On The First Day Of June, 1843, She Set Out From New York, On A Historic Journey Across America. She Traveled The Country, Preaching Against Slavery And Capital Punishment. She Advocated Women's Rights And Prison Reform.
She Said The Lord Gave Her The Name, Sojourner Truth, As He Had Called Upon Her "to travel up and down the land," Declaring Truth To People.
Sojourner Truth Was Born A Slave In 1797, In Swartekill, New York, But Gained Her Freedom When The New York State Emancipation Act Was Passed In 1827. She Was Six Feet Tall And Known For Wearing A Satin Banner That Said, "Proclaim liberty throughout the land unto all the inhabitants thereof." She Was A Frequent Guest Of Abraham Lincoln At The White House, And One Of The Voices That Influenced Lincoln To Enlist Black Soldiers For The Union Army During The Civil War.
Beginning In 1799, New York Had Begun To Legislate The Abolition Of Slavery. Emancipation Was Finalized On July 4, 1827. One Of Her Masters, Knowing This Was To Occur, Had Promised To Grant Isabella Her Freedom On July 4th, 1826, "if she would do well and be faithful." On That Date, However, He Changed His Mind. A Hand Injury Had Made Her Less Productive, And Baumfree Remained Long Enough To Spin 100 Pounds Of Wool, Satisfying Her Obligation To Master Dumont. She Then Escaped With Her Infant Daughter, Sophia, Leaving Behind Her Other Children, Because A New York Emancipation Order Did Not Permit Their Freedom Until They Had Served As Bound Servants Into Their Twenties.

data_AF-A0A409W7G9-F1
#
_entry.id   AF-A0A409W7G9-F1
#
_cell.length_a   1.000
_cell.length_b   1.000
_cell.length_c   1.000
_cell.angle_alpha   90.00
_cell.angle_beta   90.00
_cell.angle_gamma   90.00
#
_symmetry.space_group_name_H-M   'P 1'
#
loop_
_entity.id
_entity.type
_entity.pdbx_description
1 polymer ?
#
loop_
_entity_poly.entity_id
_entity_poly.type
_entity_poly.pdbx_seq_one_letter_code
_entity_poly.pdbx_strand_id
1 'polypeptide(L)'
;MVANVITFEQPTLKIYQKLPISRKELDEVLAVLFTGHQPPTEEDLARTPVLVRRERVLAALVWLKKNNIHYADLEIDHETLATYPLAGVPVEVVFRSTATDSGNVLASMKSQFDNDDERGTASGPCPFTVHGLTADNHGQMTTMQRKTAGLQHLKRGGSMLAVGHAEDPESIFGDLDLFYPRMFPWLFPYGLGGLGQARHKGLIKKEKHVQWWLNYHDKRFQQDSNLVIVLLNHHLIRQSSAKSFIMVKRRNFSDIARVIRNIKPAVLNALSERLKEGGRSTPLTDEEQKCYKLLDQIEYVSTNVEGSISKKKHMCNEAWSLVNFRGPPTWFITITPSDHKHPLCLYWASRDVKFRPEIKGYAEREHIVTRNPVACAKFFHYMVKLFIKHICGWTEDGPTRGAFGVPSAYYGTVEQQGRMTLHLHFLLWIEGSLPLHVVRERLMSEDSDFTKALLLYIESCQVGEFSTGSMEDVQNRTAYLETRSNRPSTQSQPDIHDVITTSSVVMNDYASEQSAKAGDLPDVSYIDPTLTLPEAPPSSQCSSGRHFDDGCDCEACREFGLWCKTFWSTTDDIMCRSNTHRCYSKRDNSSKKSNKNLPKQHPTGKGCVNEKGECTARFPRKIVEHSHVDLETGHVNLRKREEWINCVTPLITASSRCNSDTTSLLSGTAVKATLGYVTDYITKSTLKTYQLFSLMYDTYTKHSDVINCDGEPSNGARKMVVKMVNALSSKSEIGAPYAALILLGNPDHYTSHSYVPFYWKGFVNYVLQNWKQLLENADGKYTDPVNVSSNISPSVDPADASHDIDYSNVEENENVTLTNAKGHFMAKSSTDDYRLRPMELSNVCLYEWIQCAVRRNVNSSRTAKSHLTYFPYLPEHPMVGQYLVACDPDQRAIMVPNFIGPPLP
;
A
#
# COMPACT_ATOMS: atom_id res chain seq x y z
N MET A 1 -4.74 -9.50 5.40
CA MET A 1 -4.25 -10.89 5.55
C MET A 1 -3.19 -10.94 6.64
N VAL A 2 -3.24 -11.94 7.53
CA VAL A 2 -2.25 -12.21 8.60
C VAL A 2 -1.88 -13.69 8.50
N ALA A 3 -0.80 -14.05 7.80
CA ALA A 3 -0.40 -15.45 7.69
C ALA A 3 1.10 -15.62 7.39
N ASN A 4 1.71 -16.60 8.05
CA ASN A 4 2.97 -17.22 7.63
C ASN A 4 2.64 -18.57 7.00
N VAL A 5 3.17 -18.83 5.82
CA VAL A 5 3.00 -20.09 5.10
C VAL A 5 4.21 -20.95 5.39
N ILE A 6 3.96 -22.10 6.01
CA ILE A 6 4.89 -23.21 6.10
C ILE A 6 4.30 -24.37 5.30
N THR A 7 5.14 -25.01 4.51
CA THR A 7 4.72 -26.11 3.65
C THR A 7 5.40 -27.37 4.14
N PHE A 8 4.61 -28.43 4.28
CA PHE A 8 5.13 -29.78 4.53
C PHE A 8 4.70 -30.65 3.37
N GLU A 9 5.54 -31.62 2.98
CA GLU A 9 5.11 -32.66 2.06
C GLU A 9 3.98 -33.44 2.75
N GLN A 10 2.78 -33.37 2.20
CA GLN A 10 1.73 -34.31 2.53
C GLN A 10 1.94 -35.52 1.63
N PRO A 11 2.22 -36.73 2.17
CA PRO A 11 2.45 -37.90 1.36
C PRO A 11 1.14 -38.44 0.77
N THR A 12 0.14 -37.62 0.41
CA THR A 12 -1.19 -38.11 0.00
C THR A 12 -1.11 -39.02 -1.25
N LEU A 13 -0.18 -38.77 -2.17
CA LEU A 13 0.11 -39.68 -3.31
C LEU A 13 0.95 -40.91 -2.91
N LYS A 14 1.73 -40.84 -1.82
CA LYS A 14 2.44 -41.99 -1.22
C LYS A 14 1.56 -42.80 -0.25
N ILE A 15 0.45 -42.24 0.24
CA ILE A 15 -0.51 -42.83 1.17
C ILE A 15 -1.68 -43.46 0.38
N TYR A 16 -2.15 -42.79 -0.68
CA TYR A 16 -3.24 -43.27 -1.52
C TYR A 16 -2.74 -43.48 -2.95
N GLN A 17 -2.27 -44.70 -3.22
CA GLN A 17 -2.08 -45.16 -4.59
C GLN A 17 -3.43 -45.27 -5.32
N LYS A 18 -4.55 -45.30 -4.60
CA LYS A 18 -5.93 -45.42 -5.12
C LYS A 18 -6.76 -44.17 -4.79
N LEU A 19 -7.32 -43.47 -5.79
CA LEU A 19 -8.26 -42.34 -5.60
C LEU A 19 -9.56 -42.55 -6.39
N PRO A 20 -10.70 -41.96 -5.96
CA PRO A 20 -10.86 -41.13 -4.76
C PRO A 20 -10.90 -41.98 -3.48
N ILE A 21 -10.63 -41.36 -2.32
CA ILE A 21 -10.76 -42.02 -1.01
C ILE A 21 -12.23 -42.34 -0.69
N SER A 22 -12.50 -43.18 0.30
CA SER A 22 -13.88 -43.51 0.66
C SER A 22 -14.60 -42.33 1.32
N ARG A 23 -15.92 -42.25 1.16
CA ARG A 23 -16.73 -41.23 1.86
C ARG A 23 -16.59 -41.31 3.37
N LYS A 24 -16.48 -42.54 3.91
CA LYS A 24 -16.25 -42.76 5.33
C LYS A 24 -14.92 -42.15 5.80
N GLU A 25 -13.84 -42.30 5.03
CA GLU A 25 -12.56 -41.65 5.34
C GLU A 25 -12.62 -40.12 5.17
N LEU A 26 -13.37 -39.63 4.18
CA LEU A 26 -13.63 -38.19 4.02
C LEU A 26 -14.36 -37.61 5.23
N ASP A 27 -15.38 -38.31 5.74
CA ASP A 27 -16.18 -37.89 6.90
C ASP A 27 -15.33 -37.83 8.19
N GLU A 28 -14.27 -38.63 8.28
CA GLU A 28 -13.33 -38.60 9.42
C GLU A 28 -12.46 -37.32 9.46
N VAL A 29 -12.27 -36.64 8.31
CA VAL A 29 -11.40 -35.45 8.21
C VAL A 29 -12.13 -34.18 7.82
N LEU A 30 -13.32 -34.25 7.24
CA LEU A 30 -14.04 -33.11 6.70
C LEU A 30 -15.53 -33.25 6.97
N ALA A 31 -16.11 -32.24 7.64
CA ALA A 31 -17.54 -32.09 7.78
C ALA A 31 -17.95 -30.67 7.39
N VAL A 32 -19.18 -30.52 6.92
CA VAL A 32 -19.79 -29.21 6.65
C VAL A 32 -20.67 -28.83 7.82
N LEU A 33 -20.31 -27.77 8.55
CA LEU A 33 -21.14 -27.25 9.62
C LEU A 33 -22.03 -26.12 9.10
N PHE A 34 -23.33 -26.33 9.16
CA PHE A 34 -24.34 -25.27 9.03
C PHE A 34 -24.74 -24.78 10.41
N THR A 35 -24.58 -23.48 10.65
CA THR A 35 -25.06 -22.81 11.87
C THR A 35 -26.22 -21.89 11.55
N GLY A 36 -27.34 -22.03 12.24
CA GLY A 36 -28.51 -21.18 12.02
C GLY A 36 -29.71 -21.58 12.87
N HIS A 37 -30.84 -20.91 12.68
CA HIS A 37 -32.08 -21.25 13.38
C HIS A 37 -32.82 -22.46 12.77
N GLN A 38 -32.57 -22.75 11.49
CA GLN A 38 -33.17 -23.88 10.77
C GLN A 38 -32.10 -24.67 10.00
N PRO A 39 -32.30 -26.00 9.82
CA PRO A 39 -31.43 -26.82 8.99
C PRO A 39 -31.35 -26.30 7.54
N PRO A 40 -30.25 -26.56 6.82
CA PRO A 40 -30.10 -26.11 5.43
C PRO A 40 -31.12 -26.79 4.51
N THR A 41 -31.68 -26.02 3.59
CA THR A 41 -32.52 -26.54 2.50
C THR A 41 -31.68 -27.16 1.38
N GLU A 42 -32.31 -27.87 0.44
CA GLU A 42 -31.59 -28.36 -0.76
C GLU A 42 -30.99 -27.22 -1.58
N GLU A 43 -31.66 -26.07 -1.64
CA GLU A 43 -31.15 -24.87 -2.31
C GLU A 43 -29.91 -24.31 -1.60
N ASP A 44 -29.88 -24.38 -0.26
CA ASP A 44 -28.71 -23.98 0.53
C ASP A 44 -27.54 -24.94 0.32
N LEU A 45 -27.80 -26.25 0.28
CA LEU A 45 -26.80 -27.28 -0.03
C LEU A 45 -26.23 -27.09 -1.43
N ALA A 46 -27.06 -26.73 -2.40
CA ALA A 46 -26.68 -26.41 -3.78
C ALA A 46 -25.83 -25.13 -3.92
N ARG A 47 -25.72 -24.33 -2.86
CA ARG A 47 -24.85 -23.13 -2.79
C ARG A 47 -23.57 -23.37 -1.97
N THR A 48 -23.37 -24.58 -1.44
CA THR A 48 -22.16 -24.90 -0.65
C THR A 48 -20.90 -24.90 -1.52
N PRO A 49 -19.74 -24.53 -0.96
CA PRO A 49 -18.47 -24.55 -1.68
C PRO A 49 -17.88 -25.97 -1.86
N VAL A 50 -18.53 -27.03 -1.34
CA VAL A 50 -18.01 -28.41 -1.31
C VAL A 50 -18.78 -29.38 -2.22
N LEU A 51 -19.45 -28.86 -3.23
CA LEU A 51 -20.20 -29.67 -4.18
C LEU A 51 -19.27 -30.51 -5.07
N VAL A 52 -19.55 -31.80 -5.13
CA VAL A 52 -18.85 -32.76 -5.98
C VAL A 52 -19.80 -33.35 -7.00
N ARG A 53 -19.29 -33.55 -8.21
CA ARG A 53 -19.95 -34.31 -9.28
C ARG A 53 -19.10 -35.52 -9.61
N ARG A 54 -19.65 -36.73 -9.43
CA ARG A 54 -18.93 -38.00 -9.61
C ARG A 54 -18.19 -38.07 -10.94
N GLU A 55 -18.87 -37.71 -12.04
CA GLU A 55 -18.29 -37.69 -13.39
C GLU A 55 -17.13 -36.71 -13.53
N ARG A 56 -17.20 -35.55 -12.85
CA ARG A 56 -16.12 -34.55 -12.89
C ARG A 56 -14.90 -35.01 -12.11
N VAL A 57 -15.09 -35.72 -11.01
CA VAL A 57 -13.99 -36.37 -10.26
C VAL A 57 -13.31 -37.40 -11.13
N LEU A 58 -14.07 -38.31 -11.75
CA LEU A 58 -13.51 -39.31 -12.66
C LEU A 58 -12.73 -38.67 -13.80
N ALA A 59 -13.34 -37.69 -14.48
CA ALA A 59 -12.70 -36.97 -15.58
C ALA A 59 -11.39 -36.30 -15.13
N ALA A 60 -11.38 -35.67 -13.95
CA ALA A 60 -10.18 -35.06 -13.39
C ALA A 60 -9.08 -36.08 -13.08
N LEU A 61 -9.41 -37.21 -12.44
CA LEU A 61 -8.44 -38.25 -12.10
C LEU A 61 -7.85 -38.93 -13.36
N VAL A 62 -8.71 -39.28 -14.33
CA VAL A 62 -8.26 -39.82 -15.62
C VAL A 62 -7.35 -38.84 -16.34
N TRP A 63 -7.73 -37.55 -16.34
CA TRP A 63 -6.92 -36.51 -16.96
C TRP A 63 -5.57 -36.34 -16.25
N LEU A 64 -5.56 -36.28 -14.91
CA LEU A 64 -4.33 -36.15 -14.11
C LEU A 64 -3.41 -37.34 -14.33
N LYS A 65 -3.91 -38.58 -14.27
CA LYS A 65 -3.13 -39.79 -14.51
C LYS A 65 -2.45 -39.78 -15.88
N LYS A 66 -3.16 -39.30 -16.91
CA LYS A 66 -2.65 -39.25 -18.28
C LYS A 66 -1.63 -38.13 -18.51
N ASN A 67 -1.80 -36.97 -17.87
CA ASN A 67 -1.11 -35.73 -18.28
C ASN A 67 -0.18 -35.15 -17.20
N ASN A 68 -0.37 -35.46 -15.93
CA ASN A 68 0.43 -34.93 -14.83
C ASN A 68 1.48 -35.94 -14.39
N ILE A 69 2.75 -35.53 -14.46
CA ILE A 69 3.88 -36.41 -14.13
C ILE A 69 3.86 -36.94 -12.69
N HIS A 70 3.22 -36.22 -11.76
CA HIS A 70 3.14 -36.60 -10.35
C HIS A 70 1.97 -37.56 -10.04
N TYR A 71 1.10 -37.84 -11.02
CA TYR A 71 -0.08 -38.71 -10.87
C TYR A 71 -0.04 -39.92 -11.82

Baumfree Explained: "I did not run off, for I thought that wicked, but I walked off, believing that to be all right."
She Was Taken In By Isaac and Maria Van Wagener, Who Settled Her Remaining One Year Service Account, With Dumont, For $20.00. One Year Later, New York Law Emancipated All Slaves, But Dumont Had Already Sold Peter, Isabella's 5 Year-Old Child, Into Slavery, In Alabama. Baumfree Sued In Court, To Recover Her Son. She Became The First Black Woman, After Several Months Of Litigation, To Win Such A Case Against A White Man.
Sojourner Truth Died November 26, 1883, At Her Home In Battle Creek, Michigan. It's Said That Her Last Words Were: "Be A Follower Of The Lord Jesus."
"In Order For Black History To Live, We Must Continue To Breathe Life Into It." -- Hubert Gaddy, Jr.
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